Google Wallet pulls prepaid cards as temporary precaution
Google (NASDAQ: GOOG) has announced that it has disabled the provisioning of prepaid cards for its Google Wallet service as a temporary precaution. This comes in the wake of at least two separate ways in which its security mechanisms were shown to be circumvented. The first was demonstrated by Web security provider Zvelo, who in a detailed article showed how a rooted Android smartphone is vulnerable to a brute-force attack on the PIN code used to secure a Google Wallet.
Separately, a blog on SmartphoneChamp published just a day later detailed how clearing the data for the Google Wallet app causes users to be prompted for a new PIN upon next launching the app. With this access, the user can proceed to associate a Google PrePaid card to access all previously available funds. "The problem here is that since Google Wallet is tied to the device itself and not tied to your Google account," explained the blog. This second vulnerability is particularly serious due to the ease with which it can be executed.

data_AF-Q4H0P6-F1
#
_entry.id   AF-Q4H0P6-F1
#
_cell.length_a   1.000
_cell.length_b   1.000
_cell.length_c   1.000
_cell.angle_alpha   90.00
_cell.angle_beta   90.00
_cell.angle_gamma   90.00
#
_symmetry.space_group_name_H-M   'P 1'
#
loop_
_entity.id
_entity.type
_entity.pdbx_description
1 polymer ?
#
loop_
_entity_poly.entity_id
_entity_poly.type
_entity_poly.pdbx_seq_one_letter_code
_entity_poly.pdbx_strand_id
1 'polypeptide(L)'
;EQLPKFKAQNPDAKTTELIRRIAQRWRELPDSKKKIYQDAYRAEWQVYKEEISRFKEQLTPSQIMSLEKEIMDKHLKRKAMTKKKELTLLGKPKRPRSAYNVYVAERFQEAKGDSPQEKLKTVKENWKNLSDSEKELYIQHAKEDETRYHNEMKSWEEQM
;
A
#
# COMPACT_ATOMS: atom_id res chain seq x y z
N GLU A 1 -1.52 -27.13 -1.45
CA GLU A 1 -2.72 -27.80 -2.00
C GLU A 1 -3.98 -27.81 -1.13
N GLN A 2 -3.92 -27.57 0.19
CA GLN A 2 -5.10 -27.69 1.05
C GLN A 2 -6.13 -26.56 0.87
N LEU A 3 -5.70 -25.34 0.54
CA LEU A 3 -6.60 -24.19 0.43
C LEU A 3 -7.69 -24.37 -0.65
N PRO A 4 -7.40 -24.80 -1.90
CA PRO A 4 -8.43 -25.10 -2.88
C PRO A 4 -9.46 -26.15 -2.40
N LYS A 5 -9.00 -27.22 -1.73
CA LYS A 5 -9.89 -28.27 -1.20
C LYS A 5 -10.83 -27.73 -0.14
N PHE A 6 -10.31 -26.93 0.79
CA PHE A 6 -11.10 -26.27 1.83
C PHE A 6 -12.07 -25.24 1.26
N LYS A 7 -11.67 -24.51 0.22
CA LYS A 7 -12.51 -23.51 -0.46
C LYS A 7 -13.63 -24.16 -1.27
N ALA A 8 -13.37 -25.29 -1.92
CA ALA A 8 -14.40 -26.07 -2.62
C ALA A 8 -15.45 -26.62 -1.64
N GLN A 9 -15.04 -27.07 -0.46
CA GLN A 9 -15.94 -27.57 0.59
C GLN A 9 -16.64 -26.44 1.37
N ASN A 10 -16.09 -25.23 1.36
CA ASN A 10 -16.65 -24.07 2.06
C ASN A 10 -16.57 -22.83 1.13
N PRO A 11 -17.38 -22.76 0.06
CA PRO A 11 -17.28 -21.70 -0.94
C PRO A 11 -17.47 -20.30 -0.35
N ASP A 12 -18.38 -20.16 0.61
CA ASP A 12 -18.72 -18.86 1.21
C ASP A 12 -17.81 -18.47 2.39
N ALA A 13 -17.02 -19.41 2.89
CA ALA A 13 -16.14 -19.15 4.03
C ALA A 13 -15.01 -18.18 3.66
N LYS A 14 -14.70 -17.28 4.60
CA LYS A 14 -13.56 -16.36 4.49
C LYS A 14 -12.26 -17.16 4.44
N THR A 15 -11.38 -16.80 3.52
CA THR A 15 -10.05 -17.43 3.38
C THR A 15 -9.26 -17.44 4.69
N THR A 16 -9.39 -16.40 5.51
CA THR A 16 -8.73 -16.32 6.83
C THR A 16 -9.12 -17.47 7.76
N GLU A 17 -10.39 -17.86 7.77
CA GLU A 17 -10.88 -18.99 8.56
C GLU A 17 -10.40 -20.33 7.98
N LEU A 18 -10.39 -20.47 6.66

Google spokesperson Nate Taylor responded to the Zvelo study by noting that the researcher disabled the security mechanisms that protect Google Wallet when the system was rooted. "To date, there is no known vulnerability that enables someone to take a consumer phone and gain root access while preserving any Wallet information such as the PIN," says Taylor. For now, Google maintains that its Wallet technology offers better security than a traditional wallet--provided users take the basic precaution of enabling a screen lock on their smartphones.
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